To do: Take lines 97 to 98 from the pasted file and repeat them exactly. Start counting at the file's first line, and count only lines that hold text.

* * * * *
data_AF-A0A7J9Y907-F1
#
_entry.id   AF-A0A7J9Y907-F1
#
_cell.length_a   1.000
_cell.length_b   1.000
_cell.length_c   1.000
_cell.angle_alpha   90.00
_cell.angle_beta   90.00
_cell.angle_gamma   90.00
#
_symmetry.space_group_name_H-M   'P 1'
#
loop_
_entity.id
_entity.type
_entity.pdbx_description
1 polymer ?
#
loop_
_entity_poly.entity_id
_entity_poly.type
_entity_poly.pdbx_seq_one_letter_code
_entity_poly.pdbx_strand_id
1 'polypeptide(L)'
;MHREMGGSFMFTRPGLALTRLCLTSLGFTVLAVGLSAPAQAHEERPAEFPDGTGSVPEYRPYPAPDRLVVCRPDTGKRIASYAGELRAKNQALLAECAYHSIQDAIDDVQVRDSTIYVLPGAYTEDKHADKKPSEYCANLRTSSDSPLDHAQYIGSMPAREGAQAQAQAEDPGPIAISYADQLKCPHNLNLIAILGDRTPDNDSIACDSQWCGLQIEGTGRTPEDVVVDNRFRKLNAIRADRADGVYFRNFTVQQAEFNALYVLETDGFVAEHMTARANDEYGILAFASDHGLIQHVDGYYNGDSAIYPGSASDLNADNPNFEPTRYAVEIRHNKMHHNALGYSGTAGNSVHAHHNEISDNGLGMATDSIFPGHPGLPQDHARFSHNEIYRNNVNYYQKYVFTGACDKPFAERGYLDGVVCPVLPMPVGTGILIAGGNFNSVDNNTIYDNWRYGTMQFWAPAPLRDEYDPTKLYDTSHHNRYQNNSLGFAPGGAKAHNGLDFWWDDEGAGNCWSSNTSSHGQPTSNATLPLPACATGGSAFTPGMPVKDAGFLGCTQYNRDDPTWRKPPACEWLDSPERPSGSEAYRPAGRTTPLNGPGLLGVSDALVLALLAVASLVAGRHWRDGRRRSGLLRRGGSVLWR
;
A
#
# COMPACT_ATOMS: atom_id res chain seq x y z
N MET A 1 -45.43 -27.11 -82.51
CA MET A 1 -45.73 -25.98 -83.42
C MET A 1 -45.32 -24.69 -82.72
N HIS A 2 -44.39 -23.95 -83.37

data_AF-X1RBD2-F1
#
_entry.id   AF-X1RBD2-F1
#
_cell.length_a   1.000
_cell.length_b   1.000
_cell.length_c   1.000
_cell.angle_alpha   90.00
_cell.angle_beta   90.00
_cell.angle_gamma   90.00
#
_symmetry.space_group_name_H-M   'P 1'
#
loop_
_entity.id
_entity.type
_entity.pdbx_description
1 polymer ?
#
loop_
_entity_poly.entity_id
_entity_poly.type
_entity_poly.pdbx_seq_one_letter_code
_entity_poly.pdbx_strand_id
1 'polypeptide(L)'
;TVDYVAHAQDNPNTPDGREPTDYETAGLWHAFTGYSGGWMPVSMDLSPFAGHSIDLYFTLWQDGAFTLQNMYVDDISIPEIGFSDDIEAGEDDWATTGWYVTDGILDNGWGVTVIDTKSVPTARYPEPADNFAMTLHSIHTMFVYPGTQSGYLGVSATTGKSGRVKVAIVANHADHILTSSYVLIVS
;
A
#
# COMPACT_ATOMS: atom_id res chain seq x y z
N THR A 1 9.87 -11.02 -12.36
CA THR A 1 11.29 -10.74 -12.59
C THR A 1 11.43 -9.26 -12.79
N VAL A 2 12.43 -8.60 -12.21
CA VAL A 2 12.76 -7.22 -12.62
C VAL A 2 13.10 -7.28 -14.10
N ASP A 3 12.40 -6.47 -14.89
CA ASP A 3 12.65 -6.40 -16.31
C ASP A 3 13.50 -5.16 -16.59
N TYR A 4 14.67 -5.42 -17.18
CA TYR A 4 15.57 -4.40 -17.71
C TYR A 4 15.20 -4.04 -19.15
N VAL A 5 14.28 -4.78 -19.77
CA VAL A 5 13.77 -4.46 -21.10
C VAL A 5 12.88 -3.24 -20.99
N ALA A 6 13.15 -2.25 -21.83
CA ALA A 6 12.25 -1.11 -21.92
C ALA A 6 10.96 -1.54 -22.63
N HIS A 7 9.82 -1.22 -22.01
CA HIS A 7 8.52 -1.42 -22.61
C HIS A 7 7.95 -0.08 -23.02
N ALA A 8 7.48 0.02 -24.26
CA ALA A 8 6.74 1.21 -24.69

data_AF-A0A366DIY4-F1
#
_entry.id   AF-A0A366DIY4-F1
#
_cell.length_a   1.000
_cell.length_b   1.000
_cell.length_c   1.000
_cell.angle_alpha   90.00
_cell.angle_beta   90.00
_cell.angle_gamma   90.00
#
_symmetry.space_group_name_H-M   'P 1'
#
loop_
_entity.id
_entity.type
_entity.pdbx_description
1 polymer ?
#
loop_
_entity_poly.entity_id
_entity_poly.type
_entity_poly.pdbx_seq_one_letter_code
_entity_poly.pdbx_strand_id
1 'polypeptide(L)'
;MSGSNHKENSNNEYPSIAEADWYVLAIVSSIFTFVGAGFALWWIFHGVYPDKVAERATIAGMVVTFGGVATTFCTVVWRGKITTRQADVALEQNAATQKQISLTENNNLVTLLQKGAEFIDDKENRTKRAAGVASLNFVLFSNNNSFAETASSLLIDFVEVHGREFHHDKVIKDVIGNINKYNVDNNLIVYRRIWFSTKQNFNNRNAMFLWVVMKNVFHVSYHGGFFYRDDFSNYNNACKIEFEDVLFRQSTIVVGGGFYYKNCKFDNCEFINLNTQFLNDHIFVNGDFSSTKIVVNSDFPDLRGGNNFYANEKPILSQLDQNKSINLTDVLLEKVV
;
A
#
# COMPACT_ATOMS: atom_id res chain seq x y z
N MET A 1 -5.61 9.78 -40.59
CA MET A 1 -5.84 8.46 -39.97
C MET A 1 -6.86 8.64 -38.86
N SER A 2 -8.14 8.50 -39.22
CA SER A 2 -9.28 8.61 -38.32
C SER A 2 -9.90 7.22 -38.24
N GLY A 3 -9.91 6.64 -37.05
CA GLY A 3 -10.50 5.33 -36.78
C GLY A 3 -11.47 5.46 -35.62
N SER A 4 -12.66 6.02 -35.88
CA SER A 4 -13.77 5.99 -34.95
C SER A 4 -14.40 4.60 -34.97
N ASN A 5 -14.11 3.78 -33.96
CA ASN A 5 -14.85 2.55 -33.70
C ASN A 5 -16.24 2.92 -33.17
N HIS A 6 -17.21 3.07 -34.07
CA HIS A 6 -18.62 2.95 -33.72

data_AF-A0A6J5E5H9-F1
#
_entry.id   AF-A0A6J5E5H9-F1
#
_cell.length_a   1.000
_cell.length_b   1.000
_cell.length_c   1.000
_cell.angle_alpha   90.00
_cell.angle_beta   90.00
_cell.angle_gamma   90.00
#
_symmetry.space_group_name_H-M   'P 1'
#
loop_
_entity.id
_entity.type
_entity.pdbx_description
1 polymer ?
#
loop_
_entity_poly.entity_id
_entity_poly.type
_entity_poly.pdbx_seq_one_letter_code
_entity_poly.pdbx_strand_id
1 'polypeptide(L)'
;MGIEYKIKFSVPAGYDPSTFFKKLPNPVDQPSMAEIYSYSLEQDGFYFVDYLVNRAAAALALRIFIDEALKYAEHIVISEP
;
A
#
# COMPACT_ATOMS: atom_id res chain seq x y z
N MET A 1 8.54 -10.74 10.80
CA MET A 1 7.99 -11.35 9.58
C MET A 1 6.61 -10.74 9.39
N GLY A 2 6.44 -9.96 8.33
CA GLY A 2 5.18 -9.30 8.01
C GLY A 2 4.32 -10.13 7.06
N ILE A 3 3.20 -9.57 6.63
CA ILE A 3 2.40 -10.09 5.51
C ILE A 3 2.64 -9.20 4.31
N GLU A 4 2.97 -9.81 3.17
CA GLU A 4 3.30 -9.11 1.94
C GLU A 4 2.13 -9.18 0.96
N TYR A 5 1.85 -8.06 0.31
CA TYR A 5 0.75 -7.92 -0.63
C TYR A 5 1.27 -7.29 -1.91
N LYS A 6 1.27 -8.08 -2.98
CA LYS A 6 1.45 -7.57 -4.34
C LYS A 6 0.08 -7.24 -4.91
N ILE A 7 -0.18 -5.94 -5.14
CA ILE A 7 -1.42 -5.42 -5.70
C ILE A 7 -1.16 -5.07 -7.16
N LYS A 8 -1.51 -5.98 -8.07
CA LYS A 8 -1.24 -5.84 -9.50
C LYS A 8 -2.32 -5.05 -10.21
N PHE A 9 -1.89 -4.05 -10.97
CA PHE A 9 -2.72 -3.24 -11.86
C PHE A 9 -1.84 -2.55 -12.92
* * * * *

_cell.angle_gamma   90.00
#